It has never occurred to me, not even once, to actually use any of them -- or to make pastry, or to poke around in flea markets looking for oddly shaped bits of ceramic -- or, for that matter, to feel inadequate because Martha says I should. For I can't imagine many other women actually do all of these things either, although I'm sure many purchase the cherry-pitters and the stenciling kits anyway, fervently believing that one day they will. What working mother, non-working mother, or indeed working non-mother could possibly have the time? Millions keep reading the magazine nevertheless, just to fantasize about what the world would be like if they did have time -- oceans of time. If I had absolutely nothing else to do, I might well enchant my children by making red-white-and-blue paper wind streamers for the Fourth of July, or spend my days painting wicker chairs that perfect shade of robin's egg blue, or treat my friends to homemade apricot tarts, served with homemade vanilla ice cream on placemats I'd woven myself.

Or I might not, but it's riveting to imagine life in that parallel world. Besides, every era has had its quintessential daydream, and this is ours. The practical Victorians dreamed of medieval romance and pre-Raphaelite maidens; we dream of having no planes to catch, no phones to answer, no forms to fill out, no babysitters to call. This may well be the source of our peculiar, amazingly enduring and otherwise inexplicable national obsession with Martha Stewart, and it could be the clue to her company's future survival -- or failure. For if Martha's company can't find a way to keep supplying us with this particular fantasy, then someone else's company will.

07-04-2003, 02:10 PM
Antonin Scalia is raging against the coming of the light.

Scalia's dissent from last week's epochal Supreme Court decision striking down Texas's anti-sodomy statute confirms Ayatollah Antonin's standing as the intellectual leader of the forces arrayed against equality and modernity in the United States. In establishing the deep historical roots of anti-gay sentiment in America, for instance, Scalia took pains to note the 20 prosecutions and four executions for consensual gay sex conducted in colonial times. He noted, approvingly, that even today, "many Americans do not want persons who openly engage in homosexual conduct as partners in their business, as scoutmasters for their children, as teachers in their children's schools or as boarders in their home."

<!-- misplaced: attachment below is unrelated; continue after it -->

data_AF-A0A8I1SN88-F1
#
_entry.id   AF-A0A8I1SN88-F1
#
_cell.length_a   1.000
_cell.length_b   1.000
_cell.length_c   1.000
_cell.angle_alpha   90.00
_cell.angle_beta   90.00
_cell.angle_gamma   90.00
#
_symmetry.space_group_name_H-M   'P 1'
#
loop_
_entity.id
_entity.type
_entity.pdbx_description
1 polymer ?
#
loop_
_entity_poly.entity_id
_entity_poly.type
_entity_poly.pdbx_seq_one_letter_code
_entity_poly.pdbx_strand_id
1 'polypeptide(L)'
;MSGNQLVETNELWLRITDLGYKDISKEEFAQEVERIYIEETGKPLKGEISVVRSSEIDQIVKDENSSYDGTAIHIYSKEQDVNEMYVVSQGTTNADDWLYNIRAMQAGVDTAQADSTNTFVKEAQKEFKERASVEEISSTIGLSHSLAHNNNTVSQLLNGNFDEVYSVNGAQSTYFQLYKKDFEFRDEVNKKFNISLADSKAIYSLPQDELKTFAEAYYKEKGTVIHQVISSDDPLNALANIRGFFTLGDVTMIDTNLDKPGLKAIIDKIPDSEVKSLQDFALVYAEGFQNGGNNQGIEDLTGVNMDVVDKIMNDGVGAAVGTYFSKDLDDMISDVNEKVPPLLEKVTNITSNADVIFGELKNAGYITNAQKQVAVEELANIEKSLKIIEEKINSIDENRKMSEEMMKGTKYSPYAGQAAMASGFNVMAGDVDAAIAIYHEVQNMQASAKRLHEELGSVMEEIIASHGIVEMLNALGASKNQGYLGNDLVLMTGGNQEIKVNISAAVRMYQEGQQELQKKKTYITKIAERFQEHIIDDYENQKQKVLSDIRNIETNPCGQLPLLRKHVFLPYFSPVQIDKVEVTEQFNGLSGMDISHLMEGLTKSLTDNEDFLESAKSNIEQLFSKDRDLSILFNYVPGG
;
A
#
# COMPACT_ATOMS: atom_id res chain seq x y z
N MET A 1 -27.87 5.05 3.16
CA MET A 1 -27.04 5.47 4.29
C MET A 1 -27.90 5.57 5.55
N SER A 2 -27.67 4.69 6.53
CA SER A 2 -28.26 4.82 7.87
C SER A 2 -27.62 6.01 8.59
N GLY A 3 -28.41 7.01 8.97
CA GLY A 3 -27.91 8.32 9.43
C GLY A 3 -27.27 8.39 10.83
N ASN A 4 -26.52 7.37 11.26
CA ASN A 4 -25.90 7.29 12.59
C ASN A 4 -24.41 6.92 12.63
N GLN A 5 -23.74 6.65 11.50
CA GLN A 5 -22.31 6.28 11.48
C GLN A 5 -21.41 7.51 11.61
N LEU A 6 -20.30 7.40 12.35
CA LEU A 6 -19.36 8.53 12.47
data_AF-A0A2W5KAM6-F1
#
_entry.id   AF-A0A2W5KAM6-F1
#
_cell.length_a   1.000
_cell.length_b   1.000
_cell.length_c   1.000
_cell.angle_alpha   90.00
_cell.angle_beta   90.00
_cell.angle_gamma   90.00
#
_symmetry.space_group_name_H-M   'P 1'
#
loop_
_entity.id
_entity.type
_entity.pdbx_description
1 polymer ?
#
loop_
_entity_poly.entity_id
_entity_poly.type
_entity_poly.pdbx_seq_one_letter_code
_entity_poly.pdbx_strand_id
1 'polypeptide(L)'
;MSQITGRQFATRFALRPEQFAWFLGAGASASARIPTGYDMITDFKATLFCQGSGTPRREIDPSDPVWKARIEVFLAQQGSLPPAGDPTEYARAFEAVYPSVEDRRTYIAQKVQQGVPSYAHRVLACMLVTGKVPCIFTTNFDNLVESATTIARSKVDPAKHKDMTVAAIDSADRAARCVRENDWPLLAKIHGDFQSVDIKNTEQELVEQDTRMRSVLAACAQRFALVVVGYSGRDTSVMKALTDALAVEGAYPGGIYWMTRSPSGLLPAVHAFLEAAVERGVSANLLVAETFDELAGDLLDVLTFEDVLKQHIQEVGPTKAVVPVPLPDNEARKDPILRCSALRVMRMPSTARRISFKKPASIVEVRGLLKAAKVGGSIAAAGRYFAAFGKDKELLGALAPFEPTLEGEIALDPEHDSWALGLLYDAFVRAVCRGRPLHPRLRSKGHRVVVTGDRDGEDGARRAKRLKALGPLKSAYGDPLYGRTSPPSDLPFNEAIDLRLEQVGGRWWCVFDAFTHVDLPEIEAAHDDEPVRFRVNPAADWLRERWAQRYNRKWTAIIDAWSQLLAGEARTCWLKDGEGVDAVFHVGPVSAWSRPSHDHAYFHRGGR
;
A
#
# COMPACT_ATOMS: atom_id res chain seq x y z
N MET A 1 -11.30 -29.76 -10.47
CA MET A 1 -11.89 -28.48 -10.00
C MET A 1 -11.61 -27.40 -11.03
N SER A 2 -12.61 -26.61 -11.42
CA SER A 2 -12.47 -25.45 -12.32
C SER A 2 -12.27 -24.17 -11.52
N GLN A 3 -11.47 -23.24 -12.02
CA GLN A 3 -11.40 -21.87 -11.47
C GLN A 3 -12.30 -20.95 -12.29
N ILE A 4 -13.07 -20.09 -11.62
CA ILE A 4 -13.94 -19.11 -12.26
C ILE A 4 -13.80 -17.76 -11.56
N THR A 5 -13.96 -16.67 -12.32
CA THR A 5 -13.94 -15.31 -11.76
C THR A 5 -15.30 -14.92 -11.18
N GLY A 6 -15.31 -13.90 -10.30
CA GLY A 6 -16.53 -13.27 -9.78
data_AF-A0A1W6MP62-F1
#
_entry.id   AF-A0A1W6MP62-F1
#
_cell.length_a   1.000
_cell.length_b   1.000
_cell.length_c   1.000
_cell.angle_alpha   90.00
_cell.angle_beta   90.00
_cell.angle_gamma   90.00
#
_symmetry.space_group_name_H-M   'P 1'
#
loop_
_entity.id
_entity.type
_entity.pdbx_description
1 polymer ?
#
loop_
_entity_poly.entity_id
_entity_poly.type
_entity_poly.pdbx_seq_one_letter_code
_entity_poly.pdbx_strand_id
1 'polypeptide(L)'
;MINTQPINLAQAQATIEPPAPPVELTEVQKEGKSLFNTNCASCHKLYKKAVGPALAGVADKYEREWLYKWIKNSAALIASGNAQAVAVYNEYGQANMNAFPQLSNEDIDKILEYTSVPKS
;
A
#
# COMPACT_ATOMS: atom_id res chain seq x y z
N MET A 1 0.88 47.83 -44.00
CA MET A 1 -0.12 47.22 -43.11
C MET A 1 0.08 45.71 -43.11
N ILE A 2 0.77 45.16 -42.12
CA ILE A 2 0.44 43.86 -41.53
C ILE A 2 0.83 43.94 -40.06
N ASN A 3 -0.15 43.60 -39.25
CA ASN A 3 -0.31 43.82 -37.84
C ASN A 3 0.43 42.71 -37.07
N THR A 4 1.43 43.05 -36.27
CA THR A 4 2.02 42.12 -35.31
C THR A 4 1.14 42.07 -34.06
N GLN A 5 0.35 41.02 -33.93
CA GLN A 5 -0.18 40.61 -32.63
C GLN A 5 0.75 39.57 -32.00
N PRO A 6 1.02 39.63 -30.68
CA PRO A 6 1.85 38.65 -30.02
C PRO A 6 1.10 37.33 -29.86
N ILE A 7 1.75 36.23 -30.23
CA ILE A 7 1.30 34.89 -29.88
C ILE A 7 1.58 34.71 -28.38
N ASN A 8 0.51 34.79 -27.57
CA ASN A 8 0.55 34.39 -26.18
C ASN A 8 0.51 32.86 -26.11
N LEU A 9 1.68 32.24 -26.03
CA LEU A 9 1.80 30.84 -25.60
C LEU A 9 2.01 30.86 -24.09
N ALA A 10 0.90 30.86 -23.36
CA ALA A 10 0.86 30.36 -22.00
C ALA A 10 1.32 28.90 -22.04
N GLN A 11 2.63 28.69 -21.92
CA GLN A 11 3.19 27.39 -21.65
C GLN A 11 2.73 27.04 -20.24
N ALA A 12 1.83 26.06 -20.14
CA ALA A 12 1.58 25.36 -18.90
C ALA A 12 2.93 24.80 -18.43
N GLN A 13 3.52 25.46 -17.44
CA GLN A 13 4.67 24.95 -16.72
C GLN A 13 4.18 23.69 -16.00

Actually, back in 1978, a California electorate far more conservative than today's massively repudiated an initiative seeking to ban gays from teaching school, but this inconvenient fact -- and other evidence of a massive shift in public sentiment on gay rights -- doesn't have quite the legal majesty of those four colonial executions. (Scalia is uncharacteristically short on detail here. Were they hangings or burnings?) Scalia's justifications for discriminatory conduct sound terribly familiar. Change "homosexual" to "Negro" and Scalia is at one with the authors of Plessy v. Ferguson's mandate for "separate but equal" schools, and the judges who upheld anti-miscegenation statutes. Indeed, of the 13 states whose anti-sodomy statutes were struck down last Thursday, 10 were once slave states of the South. In what has always been the main event in American history -- the battle to expand the definition of "men" in Jefferson's mighty line on who's created equal -- these are the states that have had to be dragged along kicking and screaming.